By JANET MASLIN
Take a sacred treasure. Add a secret conspiracy. Attach a name well known to scholars — Dante, Poe, Wordsworth, Archimedes, Machiavelli, Shakespeare, the Romanovs, Vlad the Impaler, “Hypnerotomachia Poliphili,” whatever — and work it into a story that can accommodate both the Glock and the Holy Grail. If there’s any room left for the Knights Templar or DNA samples from Biblical figures, by all means plug them in.
Thanks, Dan Brown. Look what you started. In the sound-like-Brown genre the stakes are high, the scruples are absent and the copycatting is out of control. Your own next book (possibly to be called “The Solomon Key,” arrival date unknown) is already a pre-sacred text.
“The Solomon Key” is so hotly anticipated that it has prompted a not-half-bad “Guide to Dan Brown’s ‘The Solomon Key.’ ” Its author, Greg Taylor, has conducted intriguing research into your supposed subject matter, about which you have dropped quite a trail of Internet breadcrumbs. (The Freemasons and the founding fathers just may figure in your plotting.) As befits his material, Mr. Taylor is more concerned with connect-the-dots cryptology than with verification. So he is not troubled that his primary source, namely your book, doesn’t officially exist.
Meanwhile there are many others who study your tactics and mimic your tricks. Riding your coattails, they have established their own Pavlovian relationships with the reading public. You are the reason we can look forward to something called “The Archimedes Codex” in May.
The much-borrowed Brown formula involves some very specific things. The name of a great artist, artifact or historical figure must be in the book’s story, not to mention on its cover. The narrative must start in the present day with a bizarre killing, then use that killing as a reason to investigate the past. And the past must yield a secret so big, so stunning, so saber-rattling that all of civilization may be changed by it. Probably not for the better.
This formula is neatly summarized on the cover of Julia Navarro’s “Brotherhood of the Holy Shroud,” a copy so blatant that it managed to knock “The Da Vinci Code” out of the top spot on Spain’s best-seller lists. It goes like this: “One of History’s Most Sacred Treasures … An Age-Old Secret Conspiracy…Now the Truth Is Revealed …” Or as the cover of Michael Gruber’s forthcoming “Book of Air and Shadows” puts it: “A distinguished Shakespearean scholar found tortured to death. A lost manuscript and its secrets buried for centuries. An encrypted map that leads to incalculable wealth.” These are clues in the hunt for a hidden treasure for which men are willing to kill — and die. It’s a tough guy’s game. Sensitive types need not apply.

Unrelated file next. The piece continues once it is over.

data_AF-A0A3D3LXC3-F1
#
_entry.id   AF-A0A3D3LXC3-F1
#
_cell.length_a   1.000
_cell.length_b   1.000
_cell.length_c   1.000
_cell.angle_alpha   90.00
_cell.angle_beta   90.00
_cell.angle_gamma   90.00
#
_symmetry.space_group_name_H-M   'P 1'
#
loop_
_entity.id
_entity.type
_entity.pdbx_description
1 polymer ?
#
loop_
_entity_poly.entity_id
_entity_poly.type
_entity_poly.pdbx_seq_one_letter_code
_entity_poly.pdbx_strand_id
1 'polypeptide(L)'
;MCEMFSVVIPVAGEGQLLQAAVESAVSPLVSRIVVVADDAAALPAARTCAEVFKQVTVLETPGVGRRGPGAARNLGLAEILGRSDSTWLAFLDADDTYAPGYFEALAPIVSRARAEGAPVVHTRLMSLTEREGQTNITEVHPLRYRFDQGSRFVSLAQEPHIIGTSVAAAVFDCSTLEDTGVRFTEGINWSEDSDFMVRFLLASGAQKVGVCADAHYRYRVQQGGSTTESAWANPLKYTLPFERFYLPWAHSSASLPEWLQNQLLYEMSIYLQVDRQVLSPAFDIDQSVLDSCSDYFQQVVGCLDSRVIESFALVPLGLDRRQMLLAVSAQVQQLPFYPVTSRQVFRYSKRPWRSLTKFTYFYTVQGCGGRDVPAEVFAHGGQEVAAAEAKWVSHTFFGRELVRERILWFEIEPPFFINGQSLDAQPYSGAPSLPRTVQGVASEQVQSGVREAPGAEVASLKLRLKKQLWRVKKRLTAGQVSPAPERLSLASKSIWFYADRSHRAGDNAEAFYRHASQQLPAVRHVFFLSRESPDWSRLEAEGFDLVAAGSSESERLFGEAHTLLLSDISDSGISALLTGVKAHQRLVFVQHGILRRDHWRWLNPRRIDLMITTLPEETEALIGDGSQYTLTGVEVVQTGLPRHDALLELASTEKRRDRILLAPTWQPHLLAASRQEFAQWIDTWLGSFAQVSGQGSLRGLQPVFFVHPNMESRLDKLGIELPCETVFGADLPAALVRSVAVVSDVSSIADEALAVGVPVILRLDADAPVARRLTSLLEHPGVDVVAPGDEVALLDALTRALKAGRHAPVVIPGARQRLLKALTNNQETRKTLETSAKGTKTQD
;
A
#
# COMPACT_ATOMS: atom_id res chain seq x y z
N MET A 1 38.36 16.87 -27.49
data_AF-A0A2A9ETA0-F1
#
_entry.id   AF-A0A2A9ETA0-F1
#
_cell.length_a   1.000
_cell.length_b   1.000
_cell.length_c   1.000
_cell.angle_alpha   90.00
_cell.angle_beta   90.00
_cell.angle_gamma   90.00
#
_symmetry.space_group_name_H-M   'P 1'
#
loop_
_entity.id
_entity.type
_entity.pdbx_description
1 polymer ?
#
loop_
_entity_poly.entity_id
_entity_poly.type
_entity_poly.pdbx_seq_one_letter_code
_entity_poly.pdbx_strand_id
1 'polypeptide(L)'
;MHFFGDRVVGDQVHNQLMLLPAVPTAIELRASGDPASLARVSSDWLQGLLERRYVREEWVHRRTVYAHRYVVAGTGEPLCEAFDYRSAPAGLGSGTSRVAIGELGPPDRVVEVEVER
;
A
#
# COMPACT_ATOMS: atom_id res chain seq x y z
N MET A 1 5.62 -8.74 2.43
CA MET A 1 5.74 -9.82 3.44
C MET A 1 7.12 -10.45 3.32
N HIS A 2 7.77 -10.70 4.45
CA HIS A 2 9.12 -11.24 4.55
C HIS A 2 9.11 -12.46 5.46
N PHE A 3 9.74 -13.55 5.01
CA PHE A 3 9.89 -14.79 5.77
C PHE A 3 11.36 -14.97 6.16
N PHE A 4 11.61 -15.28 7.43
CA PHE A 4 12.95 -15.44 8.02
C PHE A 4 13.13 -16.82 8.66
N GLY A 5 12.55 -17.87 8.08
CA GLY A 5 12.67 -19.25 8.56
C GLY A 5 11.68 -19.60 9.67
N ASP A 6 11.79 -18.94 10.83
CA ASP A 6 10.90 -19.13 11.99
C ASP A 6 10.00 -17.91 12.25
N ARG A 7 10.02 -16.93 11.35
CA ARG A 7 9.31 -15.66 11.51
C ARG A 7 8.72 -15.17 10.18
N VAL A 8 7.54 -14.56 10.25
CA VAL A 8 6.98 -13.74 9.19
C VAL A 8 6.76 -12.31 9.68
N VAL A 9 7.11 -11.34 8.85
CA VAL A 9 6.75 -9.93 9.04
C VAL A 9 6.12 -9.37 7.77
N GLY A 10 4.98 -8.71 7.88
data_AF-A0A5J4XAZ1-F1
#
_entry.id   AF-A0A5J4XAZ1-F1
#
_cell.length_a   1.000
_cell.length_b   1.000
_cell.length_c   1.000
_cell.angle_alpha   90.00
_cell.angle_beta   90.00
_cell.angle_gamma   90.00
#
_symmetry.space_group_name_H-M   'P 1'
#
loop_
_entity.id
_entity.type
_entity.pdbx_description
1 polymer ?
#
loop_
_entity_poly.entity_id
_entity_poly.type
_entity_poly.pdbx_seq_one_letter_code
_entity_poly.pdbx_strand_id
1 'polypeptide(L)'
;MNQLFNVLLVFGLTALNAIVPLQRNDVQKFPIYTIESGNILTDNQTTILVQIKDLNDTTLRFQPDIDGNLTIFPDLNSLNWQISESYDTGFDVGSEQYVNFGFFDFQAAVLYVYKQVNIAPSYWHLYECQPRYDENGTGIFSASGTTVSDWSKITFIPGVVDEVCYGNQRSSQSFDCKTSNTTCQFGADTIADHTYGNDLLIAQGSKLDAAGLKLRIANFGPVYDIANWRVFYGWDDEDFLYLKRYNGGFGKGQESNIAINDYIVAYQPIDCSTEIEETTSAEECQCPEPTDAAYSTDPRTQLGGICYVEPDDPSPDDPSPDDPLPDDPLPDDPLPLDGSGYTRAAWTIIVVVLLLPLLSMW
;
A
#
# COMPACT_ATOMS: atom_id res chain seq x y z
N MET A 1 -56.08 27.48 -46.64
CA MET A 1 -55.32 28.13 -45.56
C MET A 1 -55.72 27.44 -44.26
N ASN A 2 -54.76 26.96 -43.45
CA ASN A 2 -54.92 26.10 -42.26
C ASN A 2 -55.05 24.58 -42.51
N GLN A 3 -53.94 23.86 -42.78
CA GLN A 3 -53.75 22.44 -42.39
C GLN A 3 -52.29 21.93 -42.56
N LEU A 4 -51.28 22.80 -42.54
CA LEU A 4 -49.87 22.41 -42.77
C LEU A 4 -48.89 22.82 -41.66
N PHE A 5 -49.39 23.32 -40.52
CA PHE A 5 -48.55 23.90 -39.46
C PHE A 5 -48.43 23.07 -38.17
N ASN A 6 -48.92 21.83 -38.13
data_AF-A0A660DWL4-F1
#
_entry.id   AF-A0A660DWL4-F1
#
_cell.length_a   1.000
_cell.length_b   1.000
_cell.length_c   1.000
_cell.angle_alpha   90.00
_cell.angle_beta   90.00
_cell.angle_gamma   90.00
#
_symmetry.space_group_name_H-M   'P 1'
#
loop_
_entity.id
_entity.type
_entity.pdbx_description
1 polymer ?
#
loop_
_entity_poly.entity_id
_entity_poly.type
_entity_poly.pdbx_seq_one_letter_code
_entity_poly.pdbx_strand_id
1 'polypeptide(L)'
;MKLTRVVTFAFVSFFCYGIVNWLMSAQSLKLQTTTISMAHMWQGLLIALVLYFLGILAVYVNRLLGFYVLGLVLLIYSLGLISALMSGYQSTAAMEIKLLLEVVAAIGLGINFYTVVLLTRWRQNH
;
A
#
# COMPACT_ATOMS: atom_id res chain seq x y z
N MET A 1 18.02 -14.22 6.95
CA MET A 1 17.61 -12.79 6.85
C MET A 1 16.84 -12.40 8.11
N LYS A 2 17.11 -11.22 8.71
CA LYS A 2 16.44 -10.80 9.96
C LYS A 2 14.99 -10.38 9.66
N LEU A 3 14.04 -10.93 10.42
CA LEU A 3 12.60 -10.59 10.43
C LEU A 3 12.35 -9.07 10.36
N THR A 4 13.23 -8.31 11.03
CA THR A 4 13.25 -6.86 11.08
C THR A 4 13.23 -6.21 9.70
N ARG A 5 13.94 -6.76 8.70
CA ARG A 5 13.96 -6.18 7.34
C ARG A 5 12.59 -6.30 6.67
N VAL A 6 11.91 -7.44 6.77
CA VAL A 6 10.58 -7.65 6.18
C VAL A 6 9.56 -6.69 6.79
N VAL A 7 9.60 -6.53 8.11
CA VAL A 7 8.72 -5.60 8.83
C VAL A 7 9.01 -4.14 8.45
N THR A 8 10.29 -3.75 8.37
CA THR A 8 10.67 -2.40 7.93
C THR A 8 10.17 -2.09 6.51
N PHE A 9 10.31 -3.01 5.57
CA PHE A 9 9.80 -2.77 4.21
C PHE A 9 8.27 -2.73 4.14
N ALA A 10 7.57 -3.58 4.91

Similar jacket copy heralds “The Alexandria Link,” by Steve Berry, whose five novels have all been variations on this game plan. Mr. Berry’s latest bait is the lost Egyptian Library of Alexandria. The cover summary says: “At stake is an explosive ancient document with the potential not only to change the destiny of the Middle East but to shake the world’s three major religions to their very foundations.” The premise of “The Alexandria Link” is that if there were ancient texts to prove that the Old Testament had been mistranslated, the conflicting Arab and Israeli claims to Palestine might be understood in a different way.
Mr. Berry’s characters are barely skin-deep, but he’s better than most at this kind of storytelling. (For sheer readability, he approaches Diane Setterfield, whose “Thirteenth Tale” offers a more genteel, Brontë-ish spin on the search-for-buried-secrets format.) Mr. Berry can toss around terms like the Order of the Golden Fleece, the Septuagint, the Magellan Billet, the Codex Sinaiticus and Cassiopeia Vitt (this last one is a character) with impressive ease. And his books do hurtle, piling on the obligatory layers of mystery and bursts of violence, occasionally spicing them up with a museum-quality clue.
Mr. Berry this time refers to the 17th-century painting “The Shepherds of Arcadia II,” by Nicolas Poussin. But the search by writers for unused symbolic artifacts is so desperate that he does not have Poussin to himself. The much clumsier “Unholy Grail” by D. L. Wilson (which links its big revelation to Jesus’ brother James) makes use of “The Shepherds of Arcadia,” also by Poussin and a variation on similar themes. Bonus: Both paintings, like “The Da Vinci Code,” lead readers to the no-longer-secret society called the Priory of Sion.